Golang - Chapter 6

Conditionals and Loops

If Statements

If statements in Go do not require any parentheses.

if x > 10 {
    fmt.Println("I'm more than 10!")
}

If can have a short statement before the condition:

if x := 10 * 2; x < 50 {
    return x
} else {
    return 10
}

Note that, in the above example, x is only available for use in the lexical scope of the if and else statements. Hence, it cannot be referenced anywhere outside this scope.

Switch Statements

When we have a sequence of conditions to check, it will be easier to use the switch statement.

func main() {
    color := "blue"
    switch color {
        case "blue":
            fmt.Println("The color is blue!");
        case "red":
            fmt.Println("The color is red!")
        default:
            fmt.Println("No valid colour set.")
    }
}

We can also construct a switch statement without a condition. This is the same as saying `switch true.

Switch statements by default have an implicit break without them being explicitly included. This means that once a case matches the condition, it evaluates it and stops there.

Flow Control

Go only has one looping construct - the forloop.

func main() {
	// method 1: similar to a while loop in other languages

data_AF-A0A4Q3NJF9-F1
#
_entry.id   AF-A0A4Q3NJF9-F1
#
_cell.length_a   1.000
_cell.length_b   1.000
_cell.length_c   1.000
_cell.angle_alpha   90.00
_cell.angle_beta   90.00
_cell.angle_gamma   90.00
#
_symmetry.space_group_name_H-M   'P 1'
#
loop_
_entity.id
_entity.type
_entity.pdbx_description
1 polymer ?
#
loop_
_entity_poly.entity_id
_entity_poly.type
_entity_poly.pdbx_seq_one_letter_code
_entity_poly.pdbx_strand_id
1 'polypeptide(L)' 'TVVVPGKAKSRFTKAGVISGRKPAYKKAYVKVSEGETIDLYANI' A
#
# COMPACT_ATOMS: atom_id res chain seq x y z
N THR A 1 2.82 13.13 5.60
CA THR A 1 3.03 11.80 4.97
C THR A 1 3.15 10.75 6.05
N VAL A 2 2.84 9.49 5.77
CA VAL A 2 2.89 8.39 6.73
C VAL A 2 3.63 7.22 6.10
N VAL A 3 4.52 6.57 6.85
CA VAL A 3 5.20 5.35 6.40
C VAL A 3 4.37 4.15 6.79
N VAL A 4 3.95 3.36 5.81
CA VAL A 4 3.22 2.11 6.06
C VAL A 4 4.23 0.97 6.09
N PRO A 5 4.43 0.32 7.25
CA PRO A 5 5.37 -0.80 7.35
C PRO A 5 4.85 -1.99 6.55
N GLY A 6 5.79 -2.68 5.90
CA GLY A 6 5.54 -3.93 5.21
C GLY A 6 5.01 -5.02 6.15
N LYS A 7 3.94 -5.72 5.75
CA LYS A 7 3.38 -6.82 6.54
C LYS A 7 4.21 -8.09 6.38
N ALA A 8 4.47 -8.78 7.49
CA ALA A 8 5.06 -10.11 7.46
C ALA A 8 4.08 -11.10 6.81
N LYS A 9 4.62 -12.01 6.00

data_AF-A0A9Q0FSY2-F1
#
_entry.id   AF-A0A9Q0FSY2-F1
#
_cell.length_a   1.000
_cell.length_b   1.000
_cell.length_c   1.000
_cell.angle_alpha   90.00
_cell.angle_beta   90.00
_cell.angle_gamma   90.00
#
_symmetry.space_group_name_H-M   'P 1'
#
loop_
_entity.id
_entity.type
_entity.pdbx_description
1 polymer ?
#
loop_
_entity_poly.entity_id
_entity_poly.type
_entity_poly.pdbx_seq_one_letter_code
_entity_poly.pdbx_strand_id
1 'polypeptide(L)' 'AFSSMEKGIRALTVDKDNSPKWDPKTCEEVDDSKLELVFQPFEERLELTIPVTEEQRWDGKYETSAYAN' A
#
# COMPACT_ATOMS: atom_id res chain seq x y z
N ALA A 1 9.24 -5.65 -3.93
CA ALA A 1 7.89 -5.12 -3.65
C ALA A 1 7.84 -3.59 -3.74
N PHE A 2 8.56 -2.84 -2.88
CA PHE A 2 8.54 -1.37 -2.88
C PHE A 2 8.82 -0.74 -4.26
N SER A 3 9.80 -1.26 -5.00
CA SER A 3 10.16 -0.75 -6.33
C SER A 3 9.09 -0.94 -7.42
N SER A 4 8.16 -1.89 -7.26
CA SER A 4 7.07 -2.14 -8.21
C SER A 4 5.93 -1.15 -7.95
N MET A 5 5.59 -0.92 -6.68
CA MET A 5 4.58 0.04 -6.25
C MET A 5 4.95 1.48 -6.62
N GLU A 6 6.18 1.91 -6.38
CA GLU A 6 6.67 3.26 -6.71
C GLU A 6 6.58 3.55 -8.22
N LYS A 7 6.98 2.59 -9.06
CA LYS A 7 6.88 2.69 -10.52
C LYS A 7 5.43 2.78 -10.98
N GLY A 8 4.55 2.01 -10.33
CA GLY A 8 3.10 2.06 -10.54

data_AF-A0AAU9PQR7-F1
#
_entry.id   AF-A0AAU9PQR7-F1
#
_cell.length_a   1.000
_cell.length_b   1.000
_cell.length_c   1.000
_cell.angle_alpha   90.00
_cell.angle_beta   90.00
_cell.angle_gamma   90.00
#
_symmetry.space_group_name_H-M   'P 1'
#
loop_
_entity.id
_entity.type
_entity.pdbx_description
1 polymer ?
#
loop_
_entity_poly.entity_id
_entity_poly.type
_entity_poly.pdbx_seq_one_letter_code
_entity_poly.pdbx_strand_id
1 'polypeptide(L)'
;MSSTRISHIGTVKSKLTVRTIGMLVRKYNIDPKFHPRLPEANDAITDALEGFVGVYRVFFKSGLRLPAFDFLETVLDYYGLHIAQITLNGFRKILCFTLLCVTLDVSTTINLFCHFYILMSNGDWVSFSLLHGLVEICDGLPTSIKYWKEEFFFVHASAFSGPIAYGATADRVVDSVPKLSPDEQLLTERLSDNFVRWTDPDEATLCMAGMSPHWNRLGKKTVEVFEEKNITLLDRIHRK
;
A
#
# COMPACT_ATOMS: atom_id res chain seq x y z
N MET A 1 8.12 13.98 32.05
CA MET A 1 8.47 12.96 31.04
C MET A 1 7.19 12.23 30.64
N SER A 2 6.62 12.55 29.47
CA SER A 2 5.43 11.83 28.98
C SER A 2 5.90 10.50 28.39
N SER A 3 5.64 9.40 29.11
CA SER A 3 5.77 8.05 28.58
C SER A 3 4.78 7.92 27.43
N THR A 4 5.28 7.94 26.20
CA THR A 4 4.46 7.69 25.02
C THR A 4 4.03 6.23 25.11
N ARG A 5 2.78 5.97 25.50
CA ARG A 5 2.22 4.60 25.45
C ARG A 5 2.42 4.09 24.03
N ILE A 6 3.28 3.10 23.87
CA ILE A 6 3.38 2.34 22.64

i := 5
	for i > 0 {
		fmt.Println(i)
		i--
	}
	
	// method 2: the well-known for loop construct
	for j := 5; j > 0; j-- {
		fmt.Println(j)
	}
	
	// method 3: without any conditions - similar to a while(true) loop in other languages
	for {
		fmt.Println("I will only print once!")
		break
	}
}

There are three ways to use the for loop in Go. You can make out similarities to while loops as in other languages if you are used to them.

Most importantly, the loops are pretty logical and its very "readable".

Notes: {} are always required. No parentheses, (), needed for the three components in the for loop declaration.

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Harish V
Software Engineer + Tech Enthusiast

I code.

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